I’m trying to put Klara to bed.

“Close your eyes and go to sleep already. Good night!” I say in exasperation.

“I’m not goodnighting, mommy. I’m playtiming,” Klara explains brightly.

Book Notes: The Woman on the Windowsill by Sylvia Sellers-García

Disclaimer: I’m writing a professional review of this book, and it’s going to be worded differently because I’m not as good as this author at writing texts that academics and normal people can both enjoy. But the general idea will be the same.

The Woman on the Windowsill: A Tale of Mystery in Several Parts is like the coolest Cold Case Files investigation and a really fun history book at the same time. Sellers-García conducted a meticulous investigation, pored over some fascinating archival materials, and narrated her findings in a way that reads like a page-turner.

One summer day in 1800, a pair of severed female breasts appeared on a windowsill in Guatemala City. Then, other body parts and mutilated female corpses started to appear. There was an investigation, and a pretty careful and sophisticated one for that time and place. Sellers-García traces that investigation and uses archival information to explain what life, death, love, religion, family, burial practices, etc were in colonial Guatemala.

Somehow, Sellers-García finds a way to give enough background to make the book understandable to people who are completely unfamiliar with the history of Guatemala but not so much that people who are in the field would get bored. The book is a fascinating read, and I’m sorry I didn’t know of it before I choose the readings for my Hispanic Civ course next semester. I’d gladly throw out the textbook and use this book for the part of the course that covers late colonial times.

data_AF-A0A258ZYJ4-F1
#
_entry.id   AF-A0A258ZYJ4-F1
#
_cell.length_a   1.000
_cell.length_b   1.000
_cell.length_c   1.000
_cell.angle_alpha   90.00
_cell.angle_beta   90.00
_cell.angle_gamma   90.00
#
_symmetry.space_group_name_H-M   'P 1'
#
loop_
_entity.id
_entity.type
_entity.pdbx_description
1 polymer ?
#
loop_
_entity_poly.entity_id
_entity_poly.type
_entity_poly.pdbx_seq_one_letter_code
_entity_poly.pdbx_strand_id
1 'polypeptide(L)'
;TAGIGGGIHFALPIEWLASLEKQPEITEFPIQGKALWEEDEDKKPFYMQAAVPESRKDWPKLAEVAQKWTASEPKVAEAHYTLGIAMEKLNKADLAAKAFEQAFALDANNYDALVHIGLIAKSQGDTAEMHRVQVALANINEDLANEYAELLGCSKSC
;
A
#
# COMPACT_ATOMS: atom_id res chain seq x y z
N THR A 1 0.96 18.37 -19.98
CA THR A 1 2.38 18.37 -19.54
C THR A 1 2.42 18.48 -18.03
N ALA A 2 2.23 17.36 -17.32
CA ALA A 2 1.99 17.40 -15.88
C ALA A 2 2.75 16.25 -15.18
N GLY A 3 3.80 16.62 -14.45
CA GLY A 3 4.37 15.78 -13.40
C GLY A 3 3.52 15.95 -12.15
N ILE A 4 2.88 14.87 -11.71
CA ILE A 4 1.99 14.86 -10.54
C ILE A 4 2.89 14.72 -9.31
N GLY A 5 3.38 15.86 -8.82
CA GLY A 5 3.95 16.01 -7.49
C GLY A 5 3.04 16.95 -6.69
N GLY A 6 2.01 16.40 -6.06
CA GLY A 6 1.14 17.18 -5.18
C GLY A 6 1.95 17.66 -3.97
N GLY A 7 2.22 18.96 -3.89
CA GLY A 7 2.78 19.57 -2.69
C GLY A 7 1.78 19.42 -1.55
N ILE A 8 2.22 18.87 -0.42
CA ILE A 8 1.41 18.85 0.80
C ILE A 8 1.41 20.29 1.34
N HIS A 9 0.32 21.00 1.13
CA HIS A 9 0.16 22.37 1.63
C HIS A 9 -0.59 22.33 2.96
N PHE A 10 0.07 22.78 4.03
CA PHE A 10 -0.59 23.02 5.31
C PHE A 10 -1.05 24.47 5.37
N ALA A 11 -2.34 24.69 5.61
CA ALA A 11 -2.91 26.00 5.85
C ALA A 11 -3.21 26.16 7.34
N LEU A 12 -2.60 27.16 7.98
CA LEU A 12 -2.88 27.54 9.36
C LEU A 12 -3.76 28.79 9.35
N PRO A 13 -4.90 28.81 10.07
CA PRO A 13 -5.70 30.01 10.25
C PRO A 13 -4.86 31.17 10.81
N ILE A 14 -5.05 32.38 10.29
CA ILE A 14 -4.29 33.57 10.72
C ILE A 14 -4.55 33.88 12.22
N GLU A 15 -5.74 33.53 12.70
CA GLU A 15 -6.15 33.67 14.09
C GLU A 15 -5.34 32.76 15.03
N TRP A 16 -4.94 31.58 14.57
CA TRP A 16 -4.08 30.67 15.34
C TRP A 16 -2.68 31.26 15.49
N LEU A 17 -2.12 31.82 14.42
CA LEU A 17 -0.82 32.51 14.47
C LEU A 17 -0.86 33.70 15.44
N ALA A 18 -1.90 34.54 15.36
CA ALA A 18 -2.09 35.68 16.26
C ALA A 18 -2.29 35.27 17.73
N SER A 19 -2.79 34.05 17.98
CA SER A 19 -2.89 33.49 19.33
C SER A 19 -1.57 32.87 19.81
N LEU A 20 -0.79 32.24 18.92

The author also puts just enough of her own reactions to the information she discovers into the book. Often, people who write this kind of books either overshare or talk about their emotional response to what they learn in a stiff, uncomfortable way.

It isn’t only colonial Guatemala that this book helps you understand. In The Woman on the Windowsill, Sellers-García shows how to approach history in a non-judgmental, tactful way that is sorely needed these days.

I’m very excited to have found such a talented academic author.

A Generation Deprived of Education

One thing that doesn’t bother me about lockdowns is that “a generation of kids will be deprived of education.” Whatever it is that schools provide, it’s definitely not education.

There’s a moment in Kai-fu Lee’s book where he talks about seeing a bunch of college students huddled around a street lamp after lights are turned off in their dorm, trying to squeeze in one more hour of learning. I don’t know if the story is true but I know such students exist because I was one of them. I also know that US schools don’t send these kids to college. They teach the worst learning practices possible that are guaranteed to produce a terrible result. So I’m thinking that a break from whatever those schools are doing will let kids discover their natural curiosity, which is already better than what they normally get.

I’m really not worried about kids in all this. On the first day of lockdown I was worried that Klara would hate it because she’d miss her friends. But she’s loving it.

Rhyming Season

For the second day in a row, Klara is speaking in rhyme.

“My pen is running out of ink but I still have enough, I think!” she said while drawing.

It’s hard to figure out what she wants for breakfast or lunch because she chooses things she can put into a rhyme and not the stuff she really wants.

“I think I want to eat some toast because I love the toast the most!”

Even though she really doesn’t.


When the same state officials who sent COVID patients into nursing homes killing thousands of seniors take their elderly relatives out of these facilities, how is one supposed to think this isn’t a political move?

One wants to give the benefit of the doubt but it’s getting very hard.